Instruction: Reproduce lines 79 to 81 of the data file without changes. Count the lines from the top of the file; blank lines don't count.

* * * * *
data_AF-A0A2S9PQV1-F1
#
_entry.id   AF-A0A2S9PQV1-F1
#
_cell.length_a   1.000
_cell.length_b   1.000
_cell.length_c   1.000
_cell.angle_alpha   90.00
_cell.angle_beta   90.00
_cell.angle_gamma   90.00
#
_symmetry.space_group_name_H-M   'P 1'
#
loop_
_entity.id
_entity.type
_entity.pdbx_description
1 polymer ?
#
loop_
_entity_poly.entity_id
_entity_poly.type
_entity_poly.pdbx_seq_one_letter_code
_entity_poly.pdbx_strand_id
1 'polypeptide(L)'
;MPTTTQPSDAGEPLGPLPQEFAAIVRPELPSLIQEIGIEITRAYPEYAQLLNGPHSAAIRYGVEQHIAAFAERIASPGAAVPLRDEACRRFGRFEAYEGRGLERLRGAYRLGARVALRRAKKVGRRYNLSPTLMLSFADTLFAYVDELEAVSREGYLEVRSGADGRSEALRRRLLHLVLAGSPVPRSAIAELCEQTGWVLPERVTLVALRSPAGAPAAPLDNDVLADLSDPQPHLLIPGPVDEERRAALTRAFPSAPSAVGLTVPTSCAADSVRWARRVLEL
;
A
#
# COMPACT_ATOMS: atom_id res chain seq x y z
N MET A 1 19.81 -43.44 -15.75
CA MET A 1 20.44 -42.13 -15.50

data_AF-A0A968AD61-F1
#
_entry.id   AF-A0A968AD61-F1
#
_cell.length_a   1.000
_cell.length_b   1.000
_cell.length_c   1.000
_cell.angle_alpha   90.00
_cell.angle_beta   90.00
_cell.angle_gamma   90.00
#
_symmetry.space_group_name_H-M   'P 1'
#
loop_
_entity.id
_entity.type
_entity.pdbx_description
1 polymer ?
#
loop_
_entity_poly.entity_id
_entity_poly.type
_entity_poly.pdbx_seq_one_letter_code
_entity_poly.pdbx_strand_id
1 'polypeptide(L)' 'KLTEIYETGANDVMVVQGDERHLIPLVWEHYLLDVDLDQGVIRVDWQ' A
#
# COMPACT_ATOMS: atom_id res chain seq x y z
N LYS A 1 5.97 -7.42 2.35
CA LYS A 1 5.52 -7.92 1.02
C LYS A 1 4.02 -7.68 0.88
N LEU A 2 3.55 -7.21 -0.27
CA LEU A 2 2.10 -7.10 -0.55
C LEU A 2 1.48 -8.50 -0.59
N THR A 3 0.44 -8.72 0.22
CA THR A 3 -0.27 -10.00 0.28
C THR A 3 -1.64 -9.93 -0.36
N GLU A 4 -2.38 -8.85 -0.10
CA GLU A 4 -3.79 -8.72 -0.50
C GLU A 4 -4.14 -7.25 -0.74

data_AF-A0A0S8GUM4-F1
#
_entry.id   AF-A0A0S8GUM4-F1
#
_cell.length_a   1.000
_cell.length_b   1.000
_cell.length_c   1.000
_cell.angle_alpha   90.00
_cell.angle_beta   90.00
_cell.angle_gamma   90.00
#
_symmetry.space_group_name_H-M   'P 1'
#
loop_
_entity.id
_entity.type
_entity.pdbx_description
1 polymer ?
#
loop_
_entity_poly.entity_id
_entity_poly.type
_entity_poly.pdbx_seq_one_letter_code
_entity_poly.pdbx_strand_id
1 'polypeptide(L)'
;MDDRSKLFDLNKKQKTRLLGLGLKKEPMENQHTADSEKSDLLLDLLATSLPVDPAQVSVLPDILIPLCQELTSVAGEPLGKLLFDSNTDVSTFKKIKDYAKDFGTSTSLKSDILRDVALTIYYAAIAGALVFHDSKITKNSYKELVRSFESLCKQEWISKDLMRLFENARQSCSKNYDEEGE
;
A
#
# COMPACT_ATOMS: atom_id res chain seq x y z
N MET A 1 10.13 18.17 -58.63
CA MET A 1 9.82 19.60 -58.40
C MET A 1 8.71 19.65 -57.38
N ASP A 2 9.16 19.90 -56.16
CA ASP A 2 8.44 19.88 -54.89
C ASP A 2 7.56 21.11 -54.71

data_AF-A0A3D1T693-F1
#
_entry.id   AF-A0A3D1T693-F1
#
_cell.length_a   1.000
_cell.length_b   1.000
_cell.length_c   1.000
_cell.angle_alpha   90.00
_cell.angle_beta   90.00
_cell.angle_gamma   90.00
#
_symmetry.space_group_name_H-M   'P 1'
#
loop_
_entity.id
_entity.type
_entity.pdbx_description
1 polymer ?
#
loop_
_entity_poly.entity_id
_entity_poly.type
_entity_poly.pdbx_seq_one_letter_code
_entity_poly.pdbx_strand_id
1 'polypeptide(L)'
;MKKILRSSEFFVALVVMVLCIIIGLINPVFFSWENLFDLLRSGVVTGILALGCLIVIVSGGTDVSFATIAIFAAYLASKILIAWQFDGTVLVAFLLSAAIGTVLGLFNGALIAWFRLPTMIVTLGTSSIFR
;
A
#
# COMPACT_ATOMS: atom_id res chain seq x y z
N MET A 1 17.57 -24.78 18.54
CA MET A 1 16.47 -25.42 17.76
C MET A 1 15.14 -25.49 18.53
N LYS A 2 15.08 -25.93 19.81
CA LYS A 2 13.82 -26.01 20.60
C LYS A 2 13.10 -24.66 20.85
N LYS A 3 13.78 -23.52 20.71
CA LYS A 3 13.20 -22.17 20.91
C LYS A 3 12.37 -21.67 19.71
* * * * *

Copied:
_cell.angle_alpha   90.00
_cell.angle_beta   90.00
_cell.angle_gamma   90.00